6.  Conference calls – where work goes to die.   If there is a bigger time-suck (and waste of time) than a large conference call, it would be a surprise to me.  Conference calls are where work goes to die.  This is because most conference calls fail to properly include or engage the people dialing in (especially if the meeting involves a room full of attendees).  If you’ve sat through many conference calls as someone “dialing in” what typically happens is two minutes into the meeting everyone in the room forgets there are people on the phone and start engaging each other in conversations, whiteboard discussions, inside jokes, and other behaviors that not only encourage but basically forces those on the phone to tune out.  And even if that is not the case, many remote attendees treat conference calls as an opportunity to do something else while the call drones on in the background.  A fairly recent poll on what people do while calling into such a meeting is revealing:[1]

screenshot-www.statista.com-2019.09.23-16_49_26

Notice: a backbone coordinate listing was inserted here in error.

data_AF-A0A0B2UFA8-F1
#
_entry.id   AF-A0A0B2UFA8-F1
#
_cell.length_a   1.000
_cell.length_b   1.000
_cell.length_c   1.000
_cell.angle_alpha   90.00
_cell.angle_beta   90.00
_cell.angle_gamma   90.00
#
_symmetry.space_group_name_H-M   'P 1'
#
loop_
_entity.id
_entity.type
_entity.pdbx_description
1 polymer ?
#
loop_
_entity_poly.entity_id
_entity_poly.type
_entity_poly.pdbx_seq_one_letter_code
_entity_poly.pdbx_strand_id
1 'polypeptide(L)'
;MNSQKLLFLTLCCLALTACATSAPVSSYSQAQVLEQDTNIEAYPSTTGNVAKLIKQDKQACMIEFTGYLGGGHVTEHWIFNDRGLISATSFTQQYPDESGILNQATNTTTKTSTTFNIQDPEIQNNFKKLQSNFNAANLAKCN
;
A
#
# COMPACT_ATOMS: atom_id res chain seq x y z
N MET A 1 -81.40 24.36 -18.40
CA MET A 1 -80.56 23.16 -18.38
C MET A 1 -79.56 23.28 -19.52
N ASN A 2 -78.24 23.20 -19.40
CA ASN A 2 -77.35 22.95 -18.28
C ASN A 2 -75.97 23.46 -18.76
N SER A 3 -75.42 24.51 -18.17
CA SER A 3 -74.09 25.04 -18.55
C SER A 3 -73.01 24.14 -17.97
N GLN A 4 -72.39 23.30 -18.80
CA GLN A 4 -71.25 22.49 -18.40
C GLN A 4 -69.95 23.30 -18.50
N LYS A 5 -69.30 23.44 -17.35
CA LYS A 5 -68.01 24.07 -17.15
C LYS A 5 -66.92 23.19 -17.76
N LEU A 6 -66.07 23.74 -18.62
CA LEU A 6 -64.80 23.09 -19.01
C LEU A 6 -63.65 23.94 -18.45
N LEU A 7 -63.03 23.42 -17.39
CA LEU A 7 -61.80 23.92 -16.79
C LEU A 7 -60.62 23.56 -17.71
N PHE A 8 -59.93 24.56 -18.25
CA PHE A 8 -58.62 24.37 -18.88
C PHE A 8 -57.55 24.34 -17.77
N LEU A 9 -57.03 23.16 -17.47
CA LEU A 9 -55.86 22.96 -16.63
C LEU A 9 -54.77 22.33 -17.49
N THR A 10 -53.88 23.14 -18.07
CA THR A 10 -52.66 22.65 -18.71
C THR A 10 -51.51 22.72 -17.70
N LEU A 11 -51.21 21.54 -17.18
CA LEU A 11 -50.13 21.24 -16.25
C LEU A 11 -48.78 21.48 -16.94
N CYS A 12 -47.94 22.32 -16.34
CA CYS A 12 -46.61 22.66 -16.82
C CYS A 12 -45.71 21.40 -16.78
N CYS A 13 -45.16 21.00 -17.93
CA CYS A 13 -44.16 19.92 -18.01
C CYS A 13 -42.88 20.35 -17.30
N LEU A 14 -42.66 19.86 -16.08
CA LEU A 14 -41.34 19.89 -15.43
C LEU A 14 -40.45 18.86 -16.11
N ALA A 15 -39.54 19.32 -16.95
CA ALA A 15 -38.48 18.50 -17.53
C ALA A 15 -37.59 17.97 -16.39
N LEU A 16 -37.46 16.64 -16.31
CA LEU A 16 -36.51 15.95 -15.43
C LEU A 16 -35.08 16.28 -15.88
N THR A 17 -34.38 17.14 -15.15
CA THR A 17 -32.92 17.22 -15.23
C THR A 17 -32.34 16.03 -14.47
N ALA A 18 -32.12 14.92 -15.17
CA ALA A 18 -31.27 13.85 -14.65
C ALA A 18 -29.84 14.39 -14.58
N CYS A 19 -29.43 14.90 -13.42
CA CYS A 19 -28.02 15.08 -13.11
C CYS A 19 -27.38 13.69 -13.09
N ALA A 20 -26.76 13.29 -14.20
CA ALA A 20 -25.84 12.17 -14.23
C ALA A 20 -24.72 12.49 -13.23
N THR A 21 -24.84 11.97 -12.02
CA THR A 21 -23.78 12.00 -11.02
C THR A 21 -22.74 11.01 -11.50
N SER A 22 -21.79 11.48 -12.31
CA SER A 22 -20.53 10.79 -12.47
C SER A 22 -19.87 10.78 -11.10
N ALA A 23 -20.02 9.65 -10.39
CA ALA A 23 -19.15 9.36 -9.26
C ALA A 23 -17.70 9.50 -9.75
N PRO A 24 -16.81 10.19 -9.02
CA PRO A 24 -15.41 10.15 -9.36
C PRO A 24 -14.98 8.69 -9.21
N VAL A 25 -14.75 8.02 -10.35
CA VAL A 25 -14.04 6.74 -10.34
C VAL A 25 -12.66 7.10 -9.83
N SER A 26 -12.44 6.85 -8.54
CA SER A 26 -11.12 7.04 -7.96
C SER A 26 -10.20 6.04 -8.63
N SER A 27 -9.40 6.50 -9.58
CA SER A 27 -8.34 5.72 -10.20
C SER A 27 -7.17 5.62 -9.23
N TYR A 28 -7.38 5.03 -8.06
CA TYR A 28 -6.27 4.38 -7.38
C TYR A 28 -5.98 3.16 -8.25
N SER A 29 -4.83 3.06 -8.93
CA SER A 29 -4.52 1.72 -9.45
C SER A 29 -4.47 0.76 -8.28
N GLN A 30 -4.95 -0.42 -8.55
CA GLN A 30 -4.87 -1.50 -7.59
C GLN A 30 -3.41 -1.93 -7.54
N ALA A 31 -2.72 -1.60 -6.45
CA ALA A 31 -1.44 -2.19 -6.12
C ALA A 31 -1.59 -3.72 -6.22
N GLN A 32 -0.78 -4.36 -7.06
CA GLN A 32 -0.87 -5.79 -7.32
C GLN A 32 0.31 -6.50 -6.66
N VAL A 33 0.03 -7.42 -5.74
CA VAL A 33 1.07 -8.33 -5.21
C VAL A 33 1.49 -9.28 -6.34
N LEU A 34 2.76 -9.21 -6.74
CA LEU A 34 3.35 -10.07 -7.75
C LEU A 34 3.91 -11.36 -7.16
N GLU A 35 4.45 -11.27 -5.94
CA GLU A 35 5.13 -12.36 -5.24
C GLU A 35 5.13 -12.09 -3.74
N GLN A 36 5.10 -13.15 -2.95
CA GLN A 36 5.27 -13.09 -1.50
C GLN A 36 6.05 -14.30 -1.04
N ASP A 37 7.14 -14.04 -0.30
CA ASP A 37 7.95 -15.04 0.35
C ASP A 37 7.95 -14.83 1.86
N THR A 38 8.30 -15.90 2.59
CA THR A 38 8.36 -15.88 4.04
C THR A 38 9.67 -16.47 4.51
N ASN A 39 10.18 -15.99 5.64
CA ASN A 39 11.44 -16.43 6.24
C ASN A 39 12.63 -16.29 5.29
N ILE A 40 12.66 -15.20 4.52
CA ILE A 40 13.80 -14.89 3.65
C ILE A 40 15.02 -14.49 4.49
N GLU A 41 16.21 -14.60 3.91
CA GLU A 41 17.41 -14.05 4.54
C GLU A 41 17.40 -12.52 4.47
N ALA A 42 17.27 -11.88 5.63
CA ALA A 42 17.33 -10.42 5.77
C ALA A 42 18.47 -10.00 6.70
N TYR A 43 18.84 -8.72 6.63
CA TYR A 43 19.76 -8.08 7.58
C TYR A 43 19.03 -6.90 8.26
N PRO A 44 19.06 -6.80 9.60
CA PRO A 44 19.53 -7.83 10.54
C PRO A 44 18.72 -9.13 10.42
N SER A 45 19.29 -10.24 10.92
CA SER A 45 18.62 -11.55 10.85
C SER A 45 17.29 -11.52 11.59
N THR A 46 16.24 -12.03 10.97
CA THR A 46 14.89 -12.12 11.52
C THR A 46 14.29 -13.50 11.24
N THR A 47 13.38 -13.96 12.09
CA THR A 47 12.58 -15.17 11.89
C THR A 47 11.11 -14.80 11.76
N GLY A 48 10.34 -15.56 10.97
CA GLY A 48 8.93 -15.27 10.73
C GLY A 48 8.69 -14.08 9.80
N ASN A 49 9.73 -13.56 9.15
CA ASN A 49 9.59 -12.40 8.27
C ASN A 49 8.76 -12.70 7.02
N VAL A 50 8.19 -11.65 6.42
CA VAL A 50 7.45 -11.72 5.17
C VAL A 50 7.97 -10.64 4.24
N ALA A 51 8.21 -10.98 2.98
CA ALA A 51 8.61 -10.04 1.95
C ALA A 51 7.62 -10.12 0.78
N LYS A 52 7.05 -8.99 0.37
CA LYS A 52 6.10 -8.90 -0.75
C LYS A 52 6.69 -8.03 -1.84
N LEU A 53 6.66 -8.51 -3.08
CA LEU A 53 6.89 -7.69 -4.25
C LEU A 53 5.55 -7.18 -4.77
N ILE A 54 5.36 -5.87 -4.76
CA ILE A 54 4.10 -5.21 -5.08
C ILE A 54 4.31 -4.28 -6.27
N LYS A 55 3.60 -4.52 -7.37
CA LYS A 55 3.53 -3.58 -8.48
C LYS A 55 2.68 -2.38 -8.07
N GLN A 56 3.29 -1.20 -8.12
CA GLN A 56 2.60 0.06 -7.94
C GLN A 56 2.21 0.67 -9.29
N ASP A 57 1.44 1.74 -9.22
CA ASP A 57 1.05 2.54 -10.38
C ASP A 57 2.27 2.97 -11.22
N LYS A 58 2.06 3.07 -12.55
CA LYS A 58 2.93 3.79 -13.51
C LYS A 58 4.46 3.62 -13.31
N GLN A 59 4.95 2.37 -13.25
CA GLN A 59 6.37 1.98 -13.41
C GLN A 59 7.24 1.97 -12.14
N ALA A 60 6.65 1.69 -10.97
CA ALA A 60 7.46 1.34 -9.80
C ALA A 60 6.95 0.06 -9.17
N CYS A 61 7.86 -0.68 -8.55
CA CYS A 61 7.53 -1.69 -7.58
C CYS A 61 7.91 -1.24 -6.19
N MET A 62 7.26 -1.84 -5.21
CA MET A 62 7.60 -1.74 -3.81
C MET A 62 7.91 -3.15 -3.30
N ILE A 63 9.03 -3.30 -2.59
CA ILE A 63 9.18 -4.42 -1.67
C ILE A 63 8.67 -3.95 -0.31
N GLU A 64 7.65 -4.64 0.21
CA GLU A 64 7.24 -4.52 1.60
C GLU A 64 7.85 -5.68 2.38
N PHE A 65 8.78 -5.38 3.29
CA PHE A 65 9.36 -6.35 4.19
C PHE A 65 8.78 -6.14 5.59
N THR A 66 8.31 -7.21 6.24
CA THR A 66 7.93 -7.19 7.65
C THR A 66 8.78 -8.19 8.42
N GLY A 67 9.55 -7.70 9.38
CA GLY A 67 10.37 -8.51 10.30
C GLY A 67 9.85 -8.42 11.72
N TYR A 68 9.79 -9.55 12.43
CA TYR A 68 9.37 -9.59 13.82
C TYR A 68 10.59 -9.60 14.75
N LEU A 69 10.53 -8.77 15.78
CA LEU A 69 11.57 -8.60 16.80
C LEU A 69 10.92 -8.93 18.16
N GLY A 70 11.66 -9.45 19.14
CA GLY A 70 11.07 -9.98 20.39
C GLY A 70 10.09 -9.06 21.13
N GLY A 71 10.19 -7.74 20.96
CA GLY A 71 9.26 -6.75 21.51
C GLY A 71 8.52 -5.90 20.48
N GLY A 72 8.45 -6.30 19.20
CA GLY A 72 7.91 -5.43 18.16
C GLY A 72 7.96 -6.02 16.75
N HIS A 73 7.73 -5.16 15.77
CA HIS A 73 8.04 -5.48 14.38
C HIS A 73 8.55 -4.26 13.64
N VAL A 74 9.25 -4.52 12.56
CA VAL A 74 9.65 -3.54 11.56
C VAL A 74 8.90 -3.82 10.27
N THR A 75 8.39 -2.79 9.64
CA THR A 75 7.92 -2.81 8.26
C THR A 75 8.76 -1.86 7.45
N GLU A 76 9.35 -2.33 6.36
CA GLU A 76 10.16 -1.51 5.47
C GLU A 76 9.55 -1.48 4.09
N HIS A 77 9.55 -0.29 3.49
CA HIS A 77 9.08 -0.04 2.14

The poll results speak for themselves and paint a pretty poor picture of the level of engagement by those on the phone (video games?).  All of this supports my conclusion that most conference calls are a waste of time.  But, not all is lost.  With some planning you can overcome the bad habits that cause attendees to tune out or engage in the activities revealed in the poll:

  • Insist on video conferencing and that everyone calling in use their camera.  If you’re on camera, you’re engaged in the meeting (and definitely not going to the bathroom … I hope).  Video conferencing is easier than ever and plenty of free options[2] exist if your company doesn’t have a service like GoToMeeting or BlueJeans.  Look at Zoom, FreeConferenceCall.com, Skype, or Google Hangouts to start.
  • Ensure that everyone in the room remembers that there are people on the phone and the importance of speaking clearly, not talking over people, pausing to allow remote questions or feedback, and actively soliciting the input of those on the phone.  This is especially true when you’re hosting the meeting but nothing stops you from speaking up on these points if you’re just an attendee.